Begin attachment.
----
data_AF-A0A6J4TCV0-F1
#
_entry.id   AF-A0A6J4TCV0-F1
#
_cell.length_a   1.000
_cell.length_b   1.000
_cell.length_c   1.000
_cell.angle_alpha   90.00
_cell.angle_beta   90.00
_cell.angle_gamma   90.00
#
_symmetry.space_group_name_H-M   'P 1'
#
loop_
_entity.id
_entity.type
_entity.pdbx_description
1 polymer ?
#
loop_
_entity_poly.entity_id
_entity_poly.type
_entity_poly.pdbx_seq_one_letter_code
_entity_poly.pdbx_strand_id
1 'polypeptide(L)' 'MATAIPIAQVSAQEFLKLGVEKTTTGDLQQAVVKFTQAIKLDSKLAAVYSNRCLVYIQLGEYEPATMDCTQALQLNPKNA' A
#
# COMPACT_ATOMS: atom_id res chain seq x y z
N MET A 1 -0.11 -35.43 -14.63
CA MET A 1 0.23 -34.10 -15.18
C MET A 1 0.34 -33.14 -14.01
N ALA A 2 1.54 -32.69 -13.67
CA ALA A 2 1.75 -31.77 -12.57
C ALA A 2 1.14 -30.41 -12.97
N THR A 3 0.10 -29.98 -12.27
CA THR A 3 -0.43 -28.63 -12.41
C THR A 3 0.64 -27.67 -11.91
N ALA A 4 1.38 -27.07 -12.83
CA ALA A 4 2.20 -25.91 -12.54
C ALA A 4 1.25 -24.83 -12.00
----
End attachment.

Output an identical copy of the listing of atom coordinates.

data_AF-A0A6J4TCV0-F1
#
_entry.id   AF-A0A6J4TCV0-F1
#
_cell.length_a   1.000
_cell.length_b   1.000
_cell.length_c   1.000
_cell.angle_alpha   90.00
_cell.angle_beta   90.00
_cell.angle_gamma   90.00
#
_symmetry.space_group_name_H-M   'P 1'
#
loop_
_entity.id
_entity.type
_entity.pdbx_description
1 polymer ?
#
loop_
_entity_poly.entity_id
_entity_poly.type
_entity_poly.pdbx_seq_one_letter_code
_entity_poly.pdbx_strand_id
1 'polypeptide(L)' 'MATAIPIAQVSAQEFLKLGVEKTTTGDLQQAVVKFTQAIKLDSKLAAVYSNRCLVYIQLGEYEPATMDCTQALQLNPKNA' A
#
# COMPACT_ATOMS: atom_id res chain seq x y z
N MET A 1 -0.11 -35.43 -14.63
CA MET A 1 0.23 -34.10 -15.18
C MET A 1 0.34 -33.14 -14.01
N ALA A 2 1.54 -32.69 -13.67
CA ALA A 2 1.75 -31.77 -12.57
C ALA A 2 1.14 -30.41 -12.97
N THR A 3 0.10 -29.98 -12.27
CA THR A 3 -0.43 -28.63 -12.41
C THR A 3 0.64 -27.67 -11.91
N ALA A 4 1.38 -27.07 -12.83
CA ALA A 4 2.20 -25.91 -12.54
C ALA A 4 1.25 -24.83 -12.00